December 10, 2020 at 2:30pm
Dane Lisser

The concept album has all but disappeared. Why?

The concept album–a collection of songs written by a musician or group that is based around a central theme or concept. These themes can be compositional, lyrical, instrumental or narrative. Some might say that the concept album is similar to novels or movies; however, in today's digital age of streaming, the idea of the concept album is dissipating because some listeners are only looking to purchase tracks and not the complete album.

In a recent article from Spin Magazine, which looks at why the concept album has all but disappeared, various music industry experts weighed in on the topic including Martin Atkins, coordinator of music business at Millikin University.

Martin Atkins

"Music in general is too rarely inspirational," writes Spin Magazine contributor Nathan Adamus. "It has too often become the white noise we shove into the background as we scan social media feeds. If music is a savior that pulls us together, we'll need to embrace the resurrection of the almighty concept album. They fill in the small pixels that complete the big picture, and sometimes inspire other musicians to elevate their game."

The Beatles' "Sgt. Pepper's Lonely Hearts Club Band," Marvin Gaye's "What's Going On" and The Who's "Tommy" are some of the more famous concept albums. Adamus writes that the concept album has not vanished, but it is teetering on the endangered species list.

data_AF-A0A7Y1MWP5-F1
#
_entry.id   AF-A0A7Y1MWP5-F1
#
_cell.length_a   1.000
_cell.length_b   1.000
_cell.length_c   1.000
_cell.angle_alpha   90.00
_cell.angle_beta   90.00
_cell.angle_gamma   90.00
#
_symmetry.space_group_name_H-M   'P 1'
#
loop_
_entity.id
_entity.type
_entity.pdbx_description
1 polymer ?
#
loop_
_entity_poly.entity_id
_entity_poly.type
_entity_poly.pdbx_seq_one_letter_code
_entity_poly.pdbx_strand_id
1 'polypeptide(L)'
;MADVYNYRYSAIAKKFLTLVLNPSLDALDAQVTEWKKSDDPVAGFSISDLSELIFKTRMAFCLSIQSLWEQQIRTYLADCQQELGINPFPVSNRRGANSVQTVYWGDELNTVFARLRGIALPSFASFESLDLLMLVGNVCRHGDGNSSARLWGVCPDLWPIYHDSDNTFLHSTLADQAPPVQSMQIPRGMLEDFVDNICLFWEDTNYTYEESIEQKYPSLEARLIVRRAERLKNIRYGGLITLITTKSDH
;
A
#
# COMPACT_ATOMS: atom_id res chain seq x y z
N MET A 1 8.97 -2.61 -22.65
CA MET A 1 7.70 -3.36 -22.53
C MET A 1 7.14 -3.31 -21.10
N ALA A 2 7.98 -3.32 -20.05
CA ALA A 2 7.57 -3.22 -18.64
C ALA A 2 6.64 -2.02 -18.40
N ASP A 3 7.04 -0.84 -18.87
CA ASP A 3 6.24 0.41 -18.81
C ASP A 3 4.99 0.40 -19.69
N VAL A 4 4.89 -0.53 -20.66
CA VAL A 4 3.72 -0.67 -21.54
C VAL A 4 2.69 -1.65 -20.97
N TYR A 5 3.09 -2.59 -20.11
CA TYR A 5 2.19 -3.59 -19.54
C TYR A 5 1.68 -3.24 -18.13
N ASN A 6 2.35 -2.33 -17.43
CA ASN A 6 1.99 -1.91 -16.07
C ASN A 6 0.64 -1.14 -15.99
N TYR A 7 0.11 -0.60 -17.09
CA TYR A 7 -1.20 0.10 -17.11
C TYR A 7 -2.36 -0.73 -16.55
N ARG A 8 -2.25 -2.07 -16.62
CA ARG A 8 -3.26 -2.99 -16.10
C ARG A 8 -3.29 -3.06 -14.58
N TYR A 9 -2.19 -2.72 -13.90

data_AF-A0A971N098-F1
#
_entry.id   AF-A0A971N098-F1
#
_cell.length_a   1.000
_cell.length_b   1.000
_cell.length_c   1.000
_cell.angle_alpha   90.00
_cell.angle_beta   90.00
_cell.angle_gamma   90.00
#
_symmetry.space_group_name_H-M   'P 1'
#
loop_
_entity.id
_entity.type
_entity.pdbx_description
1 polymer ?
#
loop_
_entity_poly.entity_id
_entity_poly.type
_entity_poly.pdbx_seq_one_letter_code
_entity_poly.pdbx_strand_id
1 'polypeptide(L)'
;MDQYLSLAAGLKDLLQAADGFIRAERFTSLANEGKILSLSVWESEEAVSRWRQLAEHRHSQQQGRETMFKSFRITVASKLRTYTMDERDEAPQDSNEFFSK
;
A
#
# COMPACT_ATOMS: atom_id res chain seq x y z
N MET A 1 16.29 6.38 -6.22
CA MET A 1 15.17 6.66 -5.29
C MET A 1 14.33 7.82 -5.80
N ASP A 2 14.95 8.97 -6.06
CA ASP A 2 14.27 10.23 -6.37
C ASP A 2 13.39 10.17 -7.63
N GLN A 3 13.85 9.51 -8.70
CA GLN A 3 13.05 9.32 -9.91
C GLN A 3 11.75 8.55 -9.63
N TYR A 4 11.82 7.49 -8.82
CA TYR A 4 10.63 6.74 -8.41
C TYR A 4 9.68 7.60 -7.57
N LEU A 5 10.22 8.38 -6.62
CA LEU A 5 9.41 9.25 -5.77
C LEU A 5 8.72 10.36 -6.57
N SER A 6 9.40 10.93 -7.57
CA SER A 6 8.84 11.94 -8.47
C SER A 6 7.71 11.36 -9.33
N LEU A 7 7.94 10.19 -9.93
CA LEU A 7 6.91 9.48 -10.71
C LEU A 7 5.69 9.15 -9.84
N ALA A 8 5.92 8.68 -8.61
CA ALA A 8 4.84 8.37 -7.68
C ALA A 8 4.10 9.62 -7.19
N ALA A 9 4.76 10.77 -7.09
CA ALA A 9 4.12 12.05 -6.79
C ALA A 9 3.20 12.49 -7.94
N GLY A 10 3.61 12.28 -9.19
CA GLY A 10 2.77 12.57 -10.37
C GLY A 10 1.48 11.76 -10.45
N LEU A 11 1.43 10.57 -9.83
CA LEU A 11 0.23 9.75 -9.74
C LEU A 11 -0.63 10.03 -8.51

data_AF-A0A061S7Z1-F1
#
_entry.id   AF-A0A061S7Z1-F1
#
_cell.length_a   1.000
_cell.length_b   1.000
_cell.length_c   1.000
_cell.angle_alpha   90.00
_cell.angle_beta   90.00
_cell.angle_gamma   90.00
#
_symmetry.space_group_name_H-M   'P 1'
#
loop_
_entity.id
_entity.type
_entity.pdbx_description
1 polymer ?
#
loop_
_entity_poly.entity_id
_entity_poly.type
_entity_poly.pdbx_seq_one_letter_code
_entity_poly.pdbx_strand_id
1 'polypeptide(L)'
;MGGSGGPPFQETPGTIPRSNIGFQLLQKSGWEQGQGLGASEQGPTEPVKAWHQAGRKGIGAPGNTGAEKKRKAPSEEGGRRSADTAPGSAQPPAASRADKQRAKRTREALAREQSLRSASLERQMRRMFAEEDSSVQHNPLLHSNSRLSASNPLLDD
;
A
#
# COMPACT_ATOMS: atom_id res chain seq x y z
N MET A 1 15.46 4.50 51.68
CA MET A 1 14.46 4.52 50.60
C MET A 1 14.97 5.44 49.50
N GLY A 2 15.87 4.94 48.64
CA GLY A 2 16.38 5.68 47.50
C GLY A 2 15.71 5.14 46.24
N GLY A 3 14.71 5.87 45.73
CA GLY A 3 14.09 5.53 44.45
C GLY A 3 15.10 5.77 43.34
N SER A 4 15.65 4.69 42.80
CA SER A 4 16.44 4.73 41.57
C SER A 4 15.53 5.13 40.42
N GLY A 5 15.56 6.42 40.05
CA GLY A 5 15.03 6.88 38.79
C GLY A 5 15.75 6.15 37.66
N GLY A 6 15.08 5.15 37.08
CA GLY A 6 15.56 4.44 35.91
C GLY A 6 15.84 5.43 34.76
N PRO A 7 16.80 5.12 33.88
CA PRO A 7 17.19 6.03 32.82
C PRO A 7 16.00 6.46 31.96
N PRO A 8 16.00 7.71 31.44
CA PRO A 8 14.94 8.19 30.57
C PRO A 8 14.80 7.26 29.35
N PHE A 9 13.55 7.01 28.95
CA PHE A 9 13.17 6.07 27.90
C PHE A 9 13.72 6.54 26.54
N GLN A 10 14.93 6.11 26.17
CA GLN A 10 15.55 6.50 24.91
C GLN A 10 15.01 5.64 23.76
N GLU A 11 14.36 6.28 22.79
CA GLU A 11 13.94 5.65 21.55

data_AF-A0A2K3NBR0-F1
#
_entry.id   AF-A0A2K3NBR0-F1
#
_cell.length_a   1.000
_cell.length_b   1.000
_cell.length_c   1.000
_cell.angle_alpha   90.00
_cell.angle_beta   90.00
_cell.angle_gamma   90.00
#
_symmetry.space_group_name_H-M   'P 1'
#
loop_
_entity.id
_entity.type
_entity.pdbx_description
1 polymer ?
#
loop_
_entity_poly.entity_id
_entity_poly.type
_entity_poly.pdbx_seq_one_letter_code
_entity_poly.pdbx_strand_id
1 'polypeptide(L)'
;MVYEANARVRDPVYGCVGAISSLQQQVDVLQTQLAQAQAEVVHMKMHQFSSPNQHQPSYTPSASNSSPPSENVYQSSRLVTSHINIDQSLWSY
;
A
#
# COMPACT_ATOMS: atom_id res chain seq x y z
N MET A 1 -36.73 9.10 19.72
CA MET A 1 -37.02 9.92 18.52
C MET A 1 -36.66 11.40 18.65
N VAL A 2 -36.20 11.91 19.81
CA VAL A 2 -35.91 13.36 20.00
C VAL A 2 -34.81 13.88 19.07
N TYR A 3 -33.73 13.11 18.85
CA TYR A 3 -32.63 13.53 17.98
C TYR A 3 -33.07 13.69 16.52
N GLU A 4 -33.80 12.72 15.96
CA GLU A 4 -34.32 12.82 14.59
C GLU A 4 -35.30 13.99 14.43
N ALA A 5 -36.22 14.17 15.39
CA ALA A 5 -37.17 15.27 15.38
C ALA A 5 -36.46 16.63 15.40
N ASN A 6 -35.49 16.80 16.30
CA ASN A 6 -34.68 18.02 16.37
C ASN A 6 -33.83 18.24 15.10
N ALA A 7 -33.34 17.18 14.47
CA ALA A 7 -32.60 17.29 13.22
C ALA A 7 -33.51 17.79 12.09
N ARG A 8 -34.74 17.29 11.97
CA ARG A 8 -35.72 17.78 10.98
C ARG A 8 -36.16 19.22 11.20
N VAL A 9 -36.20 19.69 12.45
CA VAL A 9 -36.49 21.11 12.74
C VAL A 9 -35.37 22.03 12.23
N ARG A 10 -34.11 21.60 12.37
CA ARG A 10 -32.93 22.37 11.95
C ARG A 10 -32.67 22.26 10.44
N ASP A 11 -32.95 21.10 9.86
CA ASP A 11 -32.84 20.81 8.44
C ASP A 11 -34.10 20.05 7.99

"Album sales in general have dropped," says Atkins. "It's difficult to elaborate on a theme digitally. There are so many other distractions and reasons to click somewhere else. Also, musical theater has siphoned some of that energy."

Atkins says his favorite album is Public Image Ltd.'s "The Metal Box," the first album he played on. The album is widely regarded as a landmark of post-punk.

A label owner, producer, successful author, drummer and a 40-year veteran of the music industry, Martin Atkins has been sharing his perspective with students at Millikin University since he arrived on campus in fall 2017.

Atkins' four decades in the music business spans across many genres, borders and industries. His experience in nearly every aspect of record production and promotion has given him a unique perspective not only on where the music industry is currently, but where it is going in the future.

Martin Atkins

Atkins has spent time on the road sharing his expertise and talking about his five years in the group Public Image Ltd. (PiL), a band formed nearly 40 years ago by Sex Pistols front man, Johnny Rotten. After touring the world with PiL and contributing to several more studio albums, Atkins left Public Image Ltd. in 1985. Over the next five years, he played with and managed Killing Joke and toured with Ministry. He also worked with Nine Inch Nails, performing on the Grammy Award-winning "Wish" and appearing in the "Head like a Hole" video.

Atkins began working on the business side of music in 1988 when he formed Invisible Records and then Mattress Factory Studios in 1996. Over two decades Invisible Records released over 350 albums.

In 2007, Atkins authored the book "Tour:Smart," a comprehensive guide that addresses the nitty-gritty of touring with instructions on how to secure venues and publicity, how to stay healthy on the road, and how to keep within a budget.

In 2019, Atkins broke barriers and pushed Millikin University's signature Performance Learning to the limits with the inaugural expedition of Tour:Smart–Bus Edition where 15 music business students embarked on an extraordinary journey on the road with the Pigface 2019 Tour where students learned about tour management in real-time with real people, with real outcomes.